Opinion: Boobs are not a crime

People participate in a march during International Go Topless Day in New York Aug. 26.
(Timothy A. Clary / AFP/Getty Images)

It’s hard to take the side of Rose Picklo, the inebriated young woman who was arrested for indecent exposure in front of a child during a soccer game in Minnesota Saturday. A 7-year-old boy pointed out the half-dressed woman to his mother.

Picklo was on her third beer, she told a reporter later, and got belligerent when authorities asked her to cover up. Eventually, she was handcuffed and carried out of the stadium on the University of Minnesota campus.

It’s hard, but I am going to do it anyway because the law as it was applied to Picklo is stupid and sexist.


Picklo was not the only topless person at the Minnesota United game that day, according to the mother of that same 7-year-old boy. But she was the only one hauled off to jail, charged with indecent exposure and publicly shamed. The other topless soccer fans were men. The reporting does not say what their fate was, but it apparently was not serious enough to warrant any news coverage.

If the point of punishing Picklo was to protect the 7-year-old boy, and by extension any other child in the vicinity, then it was a failure. The subtle message conveyed in focusing on the topless woman in the crowd was surely not lost on the boys and girls who will have already intuited that society has double standards for women.

The takeaway for that 7-year-old boy, and any other boys watching, is that a woman’s breasts are scandalous and shameful (as opposed to their own, though they may be bigger and bouncier than their sisters, or covered with a thick fur.). The lesson for the girls in the stands was that their breasts are so dangerous that letting strangers see them is a crime punishable, if not with a scarlet letter, then at least two days in jail and a $3,000 fine.

Great. Granted, the injustice of nudity laws is not probably among the top concerns of those fighting for equal rights for women. Give me equal pay before the equal opportunity to go topless. And anyway, I have no desire to parade around topless. I’ve been steeped in American standards of modesty for too long to be comfortable being naked in public. But Picklo’s story is a reminder that gender equality is baked so deeply into our cultural mores, it turns up everywhere.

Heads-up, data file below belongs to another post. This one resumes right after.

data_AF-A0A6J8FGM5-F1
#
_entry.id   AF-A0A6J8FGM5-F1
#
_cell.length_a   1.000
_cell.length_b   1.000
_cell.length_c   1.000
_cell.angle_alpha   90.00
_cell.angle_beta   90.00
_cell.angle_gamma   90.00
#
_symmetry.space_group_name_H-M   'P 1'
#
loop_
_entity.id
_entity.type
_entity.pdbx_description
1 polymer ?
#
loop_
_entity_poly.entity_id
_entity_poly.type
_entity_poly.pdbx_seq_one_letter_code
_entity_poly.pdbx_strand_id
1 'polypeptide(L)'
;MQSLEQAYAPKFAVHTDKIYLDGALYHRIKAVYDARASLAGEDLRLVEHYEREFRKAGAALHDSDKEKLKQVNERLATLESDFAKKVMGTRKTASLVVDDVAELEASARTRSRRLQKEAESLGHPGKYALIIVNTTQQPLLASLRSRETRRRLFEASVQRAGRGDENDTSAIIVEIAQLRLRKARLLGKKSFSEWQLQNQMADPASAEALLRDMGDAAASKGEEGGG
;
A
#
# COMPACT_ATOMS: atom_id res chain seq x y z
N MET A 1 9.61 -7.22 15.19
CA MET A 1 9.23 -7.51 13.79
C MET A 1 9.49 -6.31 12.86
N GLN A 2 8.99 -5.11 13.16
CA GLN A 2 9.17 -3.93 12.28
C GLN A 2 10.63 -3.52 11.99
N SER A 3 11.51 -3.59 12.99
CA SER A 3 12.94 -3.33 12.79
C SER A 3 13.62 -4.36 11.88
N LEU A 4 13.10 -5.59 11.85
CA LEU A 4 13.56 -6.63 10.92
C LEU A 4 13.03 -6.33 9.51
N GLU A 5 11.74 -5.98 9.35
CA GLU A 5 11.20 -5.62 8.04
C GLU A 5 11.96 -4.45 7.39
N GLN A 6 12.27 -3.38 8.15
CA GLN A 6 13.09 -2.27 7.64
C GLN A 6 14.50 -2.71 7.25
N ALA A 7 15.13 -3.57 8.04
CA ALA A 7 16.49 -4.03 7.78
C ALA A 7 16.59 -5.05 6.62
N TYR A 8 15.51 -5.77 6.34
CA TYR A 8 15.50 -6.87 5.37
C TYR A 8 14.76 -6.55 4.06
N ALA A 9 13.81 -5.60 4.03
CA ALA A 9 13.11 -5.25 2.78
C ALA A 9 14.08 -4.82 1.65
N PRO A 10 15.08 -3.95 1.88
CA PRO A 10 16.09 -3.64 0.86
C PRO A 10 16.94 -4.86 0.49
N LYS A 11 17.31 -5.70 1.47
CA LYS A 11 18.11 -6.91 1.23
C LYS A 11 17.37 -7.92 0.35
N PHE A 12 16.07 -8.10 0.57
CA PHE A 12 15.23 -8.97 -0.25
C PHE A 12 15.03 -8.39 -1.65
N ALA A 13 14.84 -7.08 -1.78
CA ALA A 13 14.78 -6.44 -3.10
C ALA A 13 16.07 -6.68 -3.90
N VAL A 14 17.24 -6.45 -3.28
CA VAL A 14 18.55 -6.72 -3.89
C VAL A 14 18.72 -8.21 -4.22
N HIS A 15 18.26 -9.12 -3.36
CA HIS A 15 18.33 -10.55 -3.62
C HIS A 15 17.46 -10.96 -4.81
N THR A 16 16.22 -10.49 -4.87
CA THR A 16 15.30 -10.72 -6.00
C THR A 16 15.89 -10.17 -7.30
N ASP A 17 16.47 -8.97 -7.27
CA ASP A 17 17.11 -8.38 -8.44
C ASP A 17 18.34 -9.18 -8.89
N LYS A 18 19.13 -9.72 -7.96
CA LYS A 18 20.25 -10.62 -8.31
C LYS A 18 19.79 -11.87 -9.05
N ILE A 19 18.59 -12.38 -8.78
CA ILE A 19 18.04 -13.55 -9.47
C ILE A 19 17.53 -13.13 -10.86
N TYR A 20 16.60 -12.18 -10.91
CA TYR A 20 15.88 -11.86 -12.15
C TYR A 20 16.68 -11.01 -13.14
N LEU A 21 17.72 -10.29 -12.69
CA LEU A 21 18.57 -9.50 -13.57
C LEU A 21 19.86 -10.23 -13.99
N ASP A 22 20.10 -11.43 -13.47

Nevertheless, I was pleasantly surprised that one city at least had dealt seriously with the issue. The Berkeley (where else?) City Council wrestled with this issue a few weeks ago when it discussed, and then tabled, a “free the nipple” proposal. Regrettably, this serious policy issue ended on a cartoonish note when a naked “body freedom activist” climbed up on a table and began berating the council members.

(I was interested to find as well that there is an entire organization devoted to advocating for topless, Go Topless. I became significantly less interested, however, after I discovered that Go Topless movement appears to be a front for a UFO-based religion headed by a guy named Rael.)

I don’t think that cities or states that have public nudity laws should change them to allow wanton toplessness, but they ought to apply what laws they have fairly. If it’s OK for men to go shirtless on the street, in a park or on a beach, it should be OK for women, too. If a community decides that it is too emotionally upsetting for children to see a woman’s breasts in the flesh, then men should have to keep their chests covered up as well.

Follow me @marielgarzaLAT